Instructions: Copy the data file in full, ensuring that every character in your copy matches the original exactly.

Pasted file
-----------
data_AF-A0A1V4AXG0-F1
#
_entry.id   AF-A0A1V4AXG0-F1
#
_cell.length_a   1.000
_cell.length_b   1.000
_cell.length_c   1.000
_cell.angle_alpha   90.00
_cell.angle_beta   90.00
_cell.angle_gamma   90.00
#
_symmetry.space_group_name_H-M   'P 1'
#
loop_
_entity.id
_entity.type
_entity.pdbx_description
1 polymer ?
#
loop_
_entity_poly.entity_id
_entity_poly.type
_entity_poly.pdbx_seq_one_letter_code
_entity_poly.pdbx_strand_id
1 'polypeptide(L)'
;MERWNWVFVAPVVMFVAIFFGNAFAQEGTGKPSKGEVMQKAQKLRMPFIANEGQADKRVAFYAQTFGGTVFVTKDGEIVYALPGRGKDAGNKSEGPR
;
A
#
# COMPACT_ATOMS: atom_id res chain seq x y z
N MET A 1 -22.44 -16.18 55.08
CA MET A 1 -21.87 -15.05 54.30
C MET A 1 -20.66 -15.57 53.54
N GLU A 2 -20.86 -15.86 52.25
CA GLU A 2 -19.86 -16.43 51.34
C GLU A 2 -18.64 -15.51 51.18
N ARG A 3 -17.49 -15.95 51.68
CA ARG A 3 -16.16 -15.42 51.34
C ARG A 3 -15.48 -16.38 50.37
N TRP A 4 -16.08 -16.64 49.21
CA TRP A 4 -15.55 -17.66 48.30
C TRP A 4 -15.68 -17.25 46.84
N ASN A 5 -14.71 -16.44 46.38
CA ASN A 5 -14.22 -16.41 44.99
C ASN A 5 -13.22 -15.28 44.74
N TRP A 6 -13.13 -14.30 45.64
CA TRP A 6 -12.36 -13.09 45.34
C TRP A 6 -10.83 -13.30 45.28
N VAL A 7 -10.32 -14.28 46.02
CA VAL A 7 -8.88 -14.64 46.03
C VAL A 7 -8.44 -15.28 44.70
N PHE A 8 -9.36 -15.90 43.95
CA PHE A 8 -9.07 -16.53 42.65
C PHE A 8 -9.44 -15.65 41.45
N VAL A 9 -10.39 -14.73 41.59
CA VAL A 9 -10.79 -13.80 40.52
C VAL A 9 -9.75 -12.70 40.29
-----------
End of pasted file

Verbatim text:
data_AF-A0A1V4AXG0-F1
#
_entry.id   AF-A0A1V4AXG0-F1
#
_cell.length_a   1.000
_cell.length_b   1.000
_cell.length_c   1.000
_cell.angle_alpha   90.00
_cell.angle_beta   90.00
_cell.angle_gamma   90.00
#
_symmetry.space_group_name_H-M   'P 1'
#
loop_
_entity.id
_entity.type
_entity.pdbx_description
1 polymer ?
#
loop_
_entity_poly.entity_id
_entity_poly.type
_entity_poly.pdbx_seq_one_letter_code
_entity_poly.pdbx_strand_id
1 'polypeptide(L)'
;MERWNWVFVAPVVMFVAIFFGNAFAQEGTGKPSKGEVMQKAQKLRMPFIANEGQADKRVAFYAQTFGGTVFVTKDGEIVYALPGRGKDAGNKSEGPR
;
A
#
# COMPACT_ATOMS: atom_id res chain seq x y z
N MET A 1 -22.44 -16.18 55.08
CA MET A 1 -21.87 -15.05 54.30
C MET A 1 -20.66 -15.57 53.54
N GLU A 2 -20.86 -15.86 52.25
CA GLU A 2 -19.86 -16.43 51.34
C GLU A 2 -18.64 -15.51 51.18
N ARG A 3 -17.49 -15.95 51.68
CA ARG A 3 -16.16 -15.42 51.34
C ARG A 3 -15.48 -16.38 50.37
N TRP A 4 -16.08 -16.64 49.21
CA TRP A 4 -15.55 -17.66 48.30
C TRP A 4 -15.68 -17.25 46.84
N ASN A 5 -14.71 -16.44 46.38
CA ASN A 5 -14.22 -16.41 44.99
C ASN A 5 -13.22 -15.28 44.74
N TRP A 6 -13.13 -14.30 45.64
CA TRP A 6 -12.36 -13.09 45.34
C TRP A 6 -10.83 -13.30 45.28
N VAL A 7 -10.32 -14.28 46.02
CA VAL A 7 -8.88 -14.64 46.03
C VAL A 7 -8.44 -15.28 44.70
N PHE A 8 -9.36 -15.90 43.95
CA PHE A 8 -9.07 -16.53 42.65
C PHE A 8 -9.44 -15.65 41.45
N VAL A 9 -10.39 -14.73 41.59
CA VAL A 9 -10.79 -13.80 40.52
C VAL A 9 -9.75 -12.70 40.29